I'd actually be very interested in reading that, as there aren't many who have that view. Always love reading differing viewpoints on this board.
So here's my take on Bernanke.
He first took office in 2005 we were already in the midst of a speculative bubble of which size nobody could've imagined the magnitude at the time. He did see the inflationary pressures and started hiking rates. He, however, did note the pressures in the housing market early. Nothing really to note in this time period. Crisis
- It was obvious that Lehman was the only shock that the market could handle at the time. He basically force fed BofA Merrill because he knew how bad the Countrywide mortgage portfolio was on Merrill's balance sheet. If that stuff went on fire sale after Bear and Lehman than all bets were off. The biggest things he did to help us from going over the edge into a deflationary spiral was (1) guaranteeing CP issuance because funding had completely frozen up. Everyone was so scared at this time if corporations couldn't even issue CP then they would cease to run as entities, and the economy was cease to exist as we know it. (2) Advising the FDIC to guarantee all non-interest bearing deposits (the TAG program). If the FDIC didn't do that than you have a run on the banks of epic proportions, and the entire financial system ceases to exist as we know it. (3) He helped smooth out the mortgage losses by buying all the illiquid CMBS, CMOs, and ABS that were toxic on banks balance sheets to where they could actually deploy capital and get the economy's gears turning again with QE1. There is a laundry list of more programs: TARP, TALF, money market fund guarantee, etc.
Actions beyond this point must be thought of in this context, Ben would do anything and everything to hold back a deflationary spiral. The market was and is so fragile, moreso in '09, so the one thing that could send us back into a deflationary spiral was a market shock. This is the key, everyone thinks Bernanke is focusing on the Treasury or mortgage markets with QE programs, but there is one market that has been the most affected by these programs by far, VOLATILITY.
If you look at normalized swaption volatility since the start of the QE programs, its been a nose dive down. Bernanke essentially took out those 1 or 2 standard deviation moves from the market so you don't have the same threat of a market shock. When people are scared you have to calm them down, taking out volatility does this.
In my opinion, that was his main goal and one he succeeded at brilliantly. The only time since then we've had huge bouts of volatility was last August because senior traders weren't on their desks. In most of the fixed income and funding markets, trading is done by people that just know each other and call to trade. So in early August when these guys weren't on their desks and banks had to raise capital, junior guys turned to their most liquid assets, equities. That's why you had the 500 point moves back and forth. Nothing to do with Bernanke, politics messed this one up with the fiscal cliff debacle and started those back and forth swings.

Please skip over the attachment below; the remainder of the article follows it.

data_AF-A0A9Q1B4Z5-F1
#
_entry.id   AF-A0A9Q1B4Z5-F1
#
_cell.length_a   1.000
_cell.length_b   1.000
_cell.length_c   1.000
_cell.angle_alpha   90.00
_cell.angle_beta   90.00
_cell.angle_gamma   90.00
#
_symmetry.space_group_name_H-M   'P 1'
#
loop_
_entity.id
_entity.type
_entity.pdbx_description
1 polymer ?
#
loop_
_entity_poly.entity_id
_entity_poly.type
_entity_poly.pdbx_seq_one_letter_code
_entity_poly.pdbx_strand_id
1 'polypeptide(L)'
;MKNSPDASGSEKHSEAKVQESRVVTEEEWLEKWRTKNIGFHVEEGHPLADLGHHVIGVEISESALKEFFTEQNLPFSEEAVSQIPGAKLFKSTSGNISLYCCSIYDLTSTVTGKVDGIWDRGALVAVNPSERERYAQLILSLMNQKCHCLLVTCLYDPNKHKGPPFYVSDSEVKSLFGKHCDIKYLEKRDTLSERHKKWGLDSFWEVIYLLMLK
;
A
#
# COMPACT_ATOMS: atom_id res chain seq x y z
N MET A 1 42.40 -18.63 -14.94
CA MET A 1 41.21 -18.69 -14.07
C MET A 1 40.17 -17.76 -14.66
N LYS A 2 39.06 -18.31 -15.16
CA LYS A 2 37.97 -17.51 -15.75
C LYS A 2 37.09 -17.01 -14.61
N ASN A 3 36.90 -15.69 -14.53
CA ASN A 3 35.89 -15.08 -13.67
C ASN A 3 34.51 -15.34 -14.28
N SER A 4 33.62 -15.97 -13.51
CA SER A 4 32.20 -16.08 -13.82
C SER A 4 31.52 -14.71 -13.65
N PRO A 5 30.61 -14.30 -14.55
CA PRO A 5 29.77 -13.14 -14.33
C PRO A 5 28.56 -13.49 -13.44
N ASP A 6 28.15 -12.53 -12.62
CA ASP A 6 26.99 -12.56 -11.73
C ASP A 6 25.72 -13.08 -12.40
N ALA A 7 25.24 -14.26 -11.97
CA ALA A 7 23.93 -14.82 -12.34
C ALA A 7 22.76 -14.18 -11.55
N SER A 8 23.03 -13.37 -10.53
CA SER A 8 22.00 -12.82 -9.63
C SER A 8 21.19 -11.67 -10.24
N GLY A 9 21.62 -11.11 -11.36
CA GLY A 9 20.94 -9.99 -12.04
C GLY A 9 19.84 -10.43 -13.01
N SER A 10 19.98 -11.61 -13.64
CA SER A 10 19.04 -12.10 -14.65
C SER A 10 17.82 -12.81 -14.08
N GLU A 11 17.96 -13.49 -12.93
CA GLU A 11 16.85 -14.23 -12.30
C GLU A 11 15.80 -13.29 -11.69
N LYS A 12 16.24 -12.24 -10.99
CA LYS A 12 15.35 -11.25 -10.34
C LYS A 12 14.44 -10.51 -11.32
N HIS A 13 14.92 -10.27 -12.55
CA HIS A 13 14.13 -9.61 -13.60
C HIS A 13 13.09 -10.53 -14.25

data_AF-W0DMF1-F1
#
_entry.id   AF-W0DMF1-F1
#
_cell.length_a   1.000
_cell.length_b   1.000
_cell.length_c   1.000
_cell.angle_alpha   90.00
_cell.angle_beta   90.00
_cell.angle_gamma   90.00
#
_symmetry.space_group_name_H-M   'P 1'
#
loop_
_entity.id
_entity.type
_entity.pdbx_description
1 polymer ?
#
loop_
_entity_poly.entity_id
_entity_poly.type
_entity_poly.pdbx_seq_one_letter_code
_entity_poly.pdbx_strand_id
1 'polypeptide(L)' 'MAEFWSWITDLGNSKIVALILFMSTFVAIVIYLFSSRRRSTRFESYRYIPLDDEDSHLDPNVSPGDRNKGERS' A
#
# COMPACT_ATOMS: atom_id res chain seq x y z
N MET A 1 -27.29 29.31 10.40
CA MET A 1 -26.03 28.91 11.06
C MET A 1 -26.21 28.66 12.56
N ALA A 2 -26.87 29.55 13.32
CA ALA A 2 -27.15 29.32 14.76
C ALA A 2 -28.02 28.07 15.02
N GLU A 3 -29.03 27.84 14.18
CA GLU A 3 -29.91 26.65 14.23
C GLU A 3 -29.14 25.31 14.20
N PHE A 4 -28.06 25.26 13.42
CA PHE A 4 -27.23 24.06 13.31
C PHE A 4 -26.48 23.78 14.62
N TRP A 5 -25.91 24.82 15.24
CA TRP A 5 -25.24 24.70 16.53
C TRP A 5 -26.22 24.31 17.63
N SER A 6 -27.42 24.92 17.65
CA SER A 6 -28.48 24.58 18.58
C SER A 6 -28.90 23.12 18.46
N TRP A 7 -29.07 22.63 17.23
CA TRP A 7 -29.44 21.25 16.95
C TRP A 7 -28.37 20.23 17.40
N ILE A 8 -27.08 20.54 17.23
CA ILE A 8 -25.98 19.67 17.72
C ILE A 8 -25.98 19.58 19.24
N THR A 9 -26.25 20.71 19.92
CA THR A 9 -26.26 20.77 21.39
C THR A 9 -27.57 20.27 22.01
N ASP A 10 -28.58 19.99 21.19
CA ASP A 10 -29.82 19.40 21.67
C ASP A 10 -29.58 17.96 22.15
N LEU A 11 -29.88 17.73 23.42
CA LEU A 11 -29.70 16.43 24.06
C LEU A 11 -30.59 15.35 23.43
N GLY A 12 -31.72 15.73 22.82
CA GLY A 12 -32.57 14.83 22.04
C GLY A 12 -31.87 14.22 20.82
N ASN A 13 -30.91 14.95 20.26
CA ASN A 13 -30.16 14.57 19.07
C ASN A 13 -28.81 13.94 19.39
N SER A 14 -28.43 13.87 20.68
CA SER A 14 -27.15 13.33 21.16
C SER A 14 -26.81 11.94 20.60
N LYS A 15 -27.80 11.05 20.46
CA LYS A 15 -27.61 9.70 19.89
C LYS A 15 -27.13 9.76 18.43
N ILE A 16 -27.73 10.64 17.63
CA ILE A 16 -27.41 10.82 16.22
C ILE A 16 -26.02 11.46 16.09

Now to the specifics with the QE programs. There were three goals for QE2 and OpTwist, flatten the forward yield curve, reduce interest rate volatility, and push investors into riskier assets. The consequential goals, those that Ben can't control, didn't work out as well as he'd hoped. With rates so low in the market and pension liabilities so high, one thing makes perfect sense that not many pension plans did and I am still at a loss why, issue debt to fund pension liabilities. I mean, the freaking 10-year was lower than most plans servicing costs. Ben can't force them to do this but he did everything but, and they still didn't. They were too worried about tax uncertainty due to government regulation (ObamaCare, Dodd Frank). Once again, politics screwed this one up and corporations are partly to blame too.
QE3 and the mortgage market. So Ben first tried to spur risk assets from treasuries, worked but not how he would like. Same story for OpTwist. He knows the mortgage transmission mechanism that was used by so many previous Fed president's is broken because mortgage rates are so low. So how do you spur banks to lower their mortgage rate? Soak up as many lower coupon treasuries as you can so that par coupon (what banks pay at) is so low that they can lower the mortgage rate and still keep their spread. Houses pay less on their homes, which is the largest portion of equity for households, and consumers have more cash to spend. However, once again, regulation has screwed this one up too. Uncertainty about regulation on banks and STILL pending litigation from the government over mortgage lending and settlements have made banks very scared to lower their mortgage rates, because thats really the only portfolios that banks are making money on.
This is why Bernanke continues to ask the government to take some action, because all they've done is frick everything he's tried to do up. He has set the country up to come out of this funk so well: Rates are low for borrowing, rates are low for homes, markets are stable, and we didn't have a big deflationary threat before the fiscal cliff (thanks again government). He has literally done everything to save this country, and now he is a punching bag for those frickstick politicians that have done literally everything to frick this country over for what? Political bickering and power.
Bernanke is a real leader, one that will make the tough decisions and willing to take the blame because he knows what is best for the country. He'll be the punching bag all day as long as the country's arms have energy to punch. A true leader.
Politicians, take notes you fricking cowards.
This post was edited on 10/22 at 2:34 pm